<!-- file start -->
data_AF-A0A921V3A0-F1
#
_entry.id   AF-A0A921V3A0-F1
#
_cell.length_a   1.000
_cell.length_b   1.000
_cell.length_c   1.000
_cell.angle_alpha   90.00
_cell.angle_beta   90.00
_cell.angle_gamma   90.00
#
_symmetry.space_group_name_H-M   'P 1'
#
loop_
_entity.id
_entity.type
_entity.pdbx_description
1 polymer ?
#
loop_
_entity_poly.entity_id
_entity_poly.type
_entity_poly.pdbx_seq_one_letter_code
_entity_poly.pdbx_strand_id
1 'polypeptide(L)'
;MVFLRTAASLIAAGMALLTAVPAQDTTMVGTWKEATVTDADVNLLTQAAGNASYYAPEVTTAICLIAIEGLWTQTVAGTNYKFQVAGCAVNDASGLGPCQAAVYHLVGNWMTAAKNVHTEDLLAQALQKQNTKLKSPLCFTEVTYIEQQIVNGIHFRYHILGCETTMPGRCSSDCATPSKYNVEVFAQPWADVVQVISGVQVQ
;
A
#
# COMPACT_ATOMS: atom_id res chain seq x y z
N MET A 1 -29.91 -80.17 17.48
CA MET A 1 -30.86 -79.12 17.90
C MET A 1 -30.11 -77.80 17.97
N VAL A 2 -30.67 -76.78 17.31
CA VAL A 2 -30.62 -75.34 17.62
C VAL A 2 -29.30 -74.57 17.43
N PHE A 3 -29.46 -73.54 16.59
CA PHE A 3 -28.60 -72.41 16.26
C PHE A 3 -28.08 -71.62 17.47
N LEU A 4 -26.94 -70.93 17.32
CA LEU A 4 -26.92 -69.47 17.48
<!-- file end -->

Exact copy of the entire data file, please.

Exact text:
data_AF-A0A921V3A0-F1
#
_entry.id   AF-A0A921V3A0-F1
#
_cell.length_a   1.000
_cell.length_b   1.000
_cell.length_c   1.000
_cell.angle_alpha   90.00
_cell.angle_beta   90.00
_cell.angle_gamma   90.00
#
_symmetry.space_group_name_H-M   'P 1'
#
loop_
_entity.id
_entity.type
_entity.pdbx_description
1 polymer ?
#
loop_
_entity_poly.entity_id
_entity_poly.type
_entity_poly.pdbx_seq_one_letter_code
_entity_poly.pdbx_strand_id
1 'polypeptide(L)'
;MVFLRTAASLIAAGMALLTAVPAQDTTMVGTWKEATVTDADVNLLTQAAGNASYYAPEVTTAICLIAIEGLWTQTVAGTNYKFQVAGCAVNDASGLGPCQAAVYHLVGNWMTAAKNVHTEDLLAQALQKQNTKLKSPLCFTEVTYIEQQIVNGIHFRYHILGCETTMPGRCSSDCATPSKYNVEVFAQPWADVVQVISGVQVQ
;
A
#
# COMPACT_ATOMS: atom_id res chain seq x y z
N MET A 1 -29.91 -80.17 17.48
CA MET A 1 -30.86 -79.12 17.90
C MET A 1 -30.11 -77.80 17.97
N VAL A 2 -30.67 -76.78 17.31
CA VAL A 2 -30.62 -75.34 17.62
C VAL A 2 -29.30 -74.57 17.43
N PHE A 3 -29.46 -73.54 16.59
CA PHE A 3 -28.60 -72.41 16.26
C PHE A 3 -28.08 -71.62 17.47
N LEU A 4 -26.94 -70.93 17.32
CA LEU A 4 -26.92 -69.47 17.48